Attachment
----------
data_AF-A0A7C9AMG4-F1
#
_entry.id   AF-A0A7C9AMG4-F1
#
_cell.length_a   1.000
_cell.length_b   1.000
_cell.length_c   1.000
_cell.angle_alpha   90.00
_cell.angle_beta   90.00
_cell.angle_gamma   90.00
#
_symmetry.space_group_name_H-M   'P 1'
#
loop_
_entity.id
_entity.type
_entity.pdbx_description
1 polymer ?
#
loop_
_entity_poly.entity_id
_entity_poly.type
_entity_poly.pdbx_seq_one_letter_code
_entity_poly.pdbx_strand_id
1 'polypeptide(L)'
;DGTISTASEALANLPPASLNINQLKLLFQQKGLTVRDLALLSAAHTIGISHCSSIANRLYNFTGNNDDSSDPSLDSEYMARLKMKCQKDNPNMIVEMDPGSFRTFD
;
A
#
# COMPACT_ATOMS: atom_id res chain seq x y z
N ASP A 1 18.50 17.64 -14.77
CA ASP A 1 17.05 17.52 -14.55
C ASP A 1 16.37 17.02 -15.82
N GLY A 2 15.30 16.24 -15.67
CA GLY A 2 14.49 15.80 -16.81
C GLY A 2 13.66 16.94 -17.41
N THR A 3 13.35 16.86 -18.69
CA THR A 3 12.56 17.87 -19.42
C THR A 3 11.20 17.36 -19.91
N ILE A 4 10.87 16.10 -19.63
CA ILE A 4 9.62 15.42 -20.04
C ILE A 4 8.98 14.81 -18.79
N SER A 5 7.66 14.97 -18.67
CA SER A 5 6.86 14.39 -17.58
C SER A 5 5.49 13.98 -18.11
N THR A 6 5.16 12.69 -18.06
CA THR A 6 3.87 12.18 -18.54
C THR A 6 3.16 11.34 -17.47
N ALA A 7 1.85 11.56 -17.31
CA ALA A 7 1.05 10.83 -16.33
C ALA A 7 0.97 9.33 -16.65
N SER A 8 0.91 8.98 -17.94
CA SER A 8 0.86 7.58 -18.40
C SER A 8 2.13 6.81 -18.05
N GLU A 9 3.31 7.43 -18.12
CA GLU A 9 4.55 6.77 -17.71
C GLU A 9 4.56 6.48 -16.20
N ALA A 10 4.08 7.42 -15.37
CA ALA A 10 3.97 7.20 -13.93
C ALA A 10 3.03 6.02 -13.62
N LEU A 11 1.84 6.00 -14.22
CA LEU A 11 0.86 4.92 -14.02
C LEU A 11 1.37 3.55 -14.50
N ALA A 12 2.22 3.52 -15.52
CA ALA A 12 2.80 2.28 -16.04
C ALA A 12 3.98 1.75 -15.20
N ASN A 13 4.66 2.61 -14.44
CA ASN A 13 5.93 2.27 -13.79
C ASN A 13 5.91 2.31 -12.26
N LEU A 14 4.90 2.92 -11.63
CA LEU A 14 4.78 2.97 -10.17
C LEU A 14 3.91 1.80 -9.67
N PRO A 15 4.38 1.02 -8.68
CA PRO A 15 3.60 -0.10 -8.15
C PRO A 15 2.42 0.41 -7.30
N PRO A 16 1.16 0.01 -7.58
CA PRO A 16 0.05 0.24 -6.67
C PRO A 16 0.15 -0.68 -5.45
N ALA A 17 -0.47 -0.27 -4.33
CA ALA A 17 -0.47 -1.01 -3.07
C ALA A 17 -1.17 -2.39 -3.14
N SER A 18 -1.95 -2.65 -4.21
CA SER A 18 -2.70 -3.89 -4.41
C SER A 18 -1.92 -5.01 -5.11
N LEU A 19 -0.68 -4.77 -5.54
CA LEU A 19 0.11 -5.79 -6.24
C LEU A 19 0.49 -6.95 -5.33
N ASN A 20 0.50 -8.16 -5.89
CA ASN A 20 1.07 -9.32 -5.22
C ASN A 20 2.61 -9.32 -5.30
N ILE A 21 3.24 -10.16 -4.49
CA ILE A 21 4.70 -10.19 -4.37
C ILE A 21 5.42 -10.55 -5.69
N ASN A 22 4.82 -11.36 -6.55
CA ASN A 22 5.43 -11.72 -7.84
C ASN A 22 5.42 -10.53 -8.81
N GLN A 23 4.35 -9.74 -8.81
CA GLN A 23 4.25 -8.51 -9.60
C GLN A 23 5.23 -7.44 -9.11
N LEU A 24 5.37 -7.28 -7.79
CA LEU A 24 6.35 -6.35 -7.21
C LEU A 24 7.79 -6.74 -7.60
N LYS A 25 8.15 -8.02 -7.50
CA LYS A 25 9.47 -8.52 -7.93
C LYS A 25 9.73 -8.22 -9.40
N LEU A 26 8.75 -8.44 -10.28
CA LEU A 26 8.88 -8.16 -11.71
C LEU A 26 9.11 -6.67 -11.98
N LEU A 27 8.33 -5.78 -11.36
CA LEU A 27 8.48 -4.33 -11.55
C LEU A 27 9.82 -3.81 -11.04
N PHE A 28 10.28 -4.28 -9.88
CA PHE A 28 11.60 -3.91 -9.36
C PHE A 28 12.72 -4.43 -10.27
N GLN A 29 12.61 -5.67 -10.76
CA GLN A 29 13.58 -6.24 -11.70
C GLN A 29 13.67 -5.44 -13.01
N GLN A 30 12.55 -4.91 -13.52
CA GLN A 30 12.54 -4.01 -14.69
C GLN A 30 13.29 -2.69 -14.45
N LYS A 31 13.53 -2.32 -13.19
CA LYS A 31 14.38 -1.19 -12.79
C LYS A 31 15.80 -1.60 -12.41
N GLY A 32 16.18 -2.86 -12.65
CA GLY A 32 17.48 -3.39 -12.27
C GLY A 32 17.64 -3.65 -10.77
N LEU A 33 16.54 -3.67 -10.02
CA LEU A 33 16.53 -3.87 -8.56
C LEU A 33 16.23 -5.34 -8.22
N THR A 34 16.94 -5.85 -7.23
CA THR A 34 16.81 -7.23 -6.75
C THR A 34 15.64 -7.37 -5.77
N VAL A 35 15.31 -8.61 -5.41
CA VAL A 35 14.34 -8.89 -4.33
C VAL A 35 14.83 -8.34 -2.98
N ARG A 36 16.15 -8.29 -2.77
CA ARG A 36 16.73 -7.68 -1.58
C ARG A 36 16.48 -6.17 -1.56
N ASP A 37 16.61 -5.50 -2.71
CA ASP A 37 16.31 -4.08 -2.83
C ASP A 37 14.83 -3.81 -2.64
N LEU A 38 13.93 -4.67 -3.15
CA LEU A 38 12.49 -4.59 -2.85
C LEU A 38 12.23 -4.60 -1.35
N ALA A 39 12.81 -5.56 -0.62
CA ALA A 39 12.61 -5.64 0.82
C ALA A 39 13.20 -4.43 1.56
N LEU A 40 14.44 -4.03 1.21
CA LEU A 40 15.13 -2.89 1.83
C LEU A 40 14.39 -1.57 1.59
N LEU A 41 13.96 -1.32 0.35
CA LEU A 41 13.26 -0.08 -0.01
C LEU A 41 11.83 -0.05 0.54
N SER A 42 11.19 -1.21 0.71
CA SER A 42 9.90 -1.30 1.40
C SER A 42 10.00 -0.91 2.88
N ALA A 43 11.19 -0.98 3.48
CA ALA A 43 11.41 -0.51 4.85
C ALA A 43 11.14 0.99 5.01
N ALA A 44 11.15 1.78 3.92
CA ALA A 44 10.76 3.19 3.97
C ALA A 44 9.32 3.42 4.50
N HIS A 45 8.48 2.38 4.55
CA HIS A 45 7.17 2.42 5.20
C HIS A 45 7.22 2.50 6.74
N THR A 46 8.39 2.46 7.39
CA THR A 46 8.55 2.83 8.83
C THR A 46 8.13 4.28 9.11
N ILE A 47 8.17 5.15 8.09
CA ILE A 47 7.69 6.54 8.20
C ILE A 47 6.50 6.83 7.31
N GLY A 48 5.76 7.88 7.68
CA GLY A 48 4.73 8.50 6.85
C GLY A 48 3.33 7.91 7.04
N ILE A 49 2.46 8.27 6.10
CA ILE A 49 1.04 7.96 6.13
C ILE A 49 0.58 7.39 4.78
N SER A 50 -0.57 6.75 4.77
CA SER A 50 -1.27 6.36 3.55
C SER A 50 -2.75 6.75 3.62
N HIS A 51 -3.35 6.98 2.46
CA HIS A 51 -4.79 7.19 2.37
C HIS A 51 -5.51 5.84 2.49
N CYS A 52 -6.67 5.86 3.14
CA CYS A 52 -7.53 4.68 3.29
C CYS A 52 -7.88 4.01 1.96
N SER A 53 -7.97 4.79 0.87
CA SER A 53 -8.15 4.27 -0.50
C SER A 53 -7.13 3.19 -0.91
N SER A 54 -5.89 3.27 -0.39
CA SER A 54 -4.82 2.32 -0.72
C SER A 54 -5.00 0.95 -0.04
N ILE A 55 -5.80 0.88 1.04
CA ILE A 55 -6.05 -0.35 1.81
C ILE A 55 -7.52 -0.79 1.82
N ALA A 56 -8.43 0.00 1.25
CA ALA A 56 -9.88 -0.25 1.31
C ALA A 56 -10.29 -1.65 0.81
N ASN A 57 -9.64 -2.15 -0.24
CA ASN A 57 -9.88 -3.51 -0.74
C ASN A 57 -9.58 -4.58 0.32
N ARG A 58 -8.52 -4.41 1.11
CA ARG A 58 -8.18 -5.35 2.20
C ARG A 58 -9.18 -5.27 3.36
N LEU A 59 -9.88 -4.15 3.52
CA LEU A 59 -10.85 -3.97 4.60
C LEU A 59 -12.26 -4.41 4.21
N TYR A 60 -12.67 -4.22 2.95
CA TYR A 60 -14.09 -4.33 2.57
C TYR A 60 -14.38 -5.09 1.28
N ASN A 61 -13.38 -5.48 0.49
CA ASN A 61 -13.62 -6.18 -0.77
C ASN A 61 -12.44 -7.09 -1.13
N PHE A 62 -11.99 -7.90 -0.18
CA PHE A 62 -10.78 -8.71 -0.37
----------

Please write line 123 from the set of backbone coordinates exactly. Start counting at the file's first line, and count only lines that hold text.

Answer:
C LYS A 31 15.80 -1.60 -12.41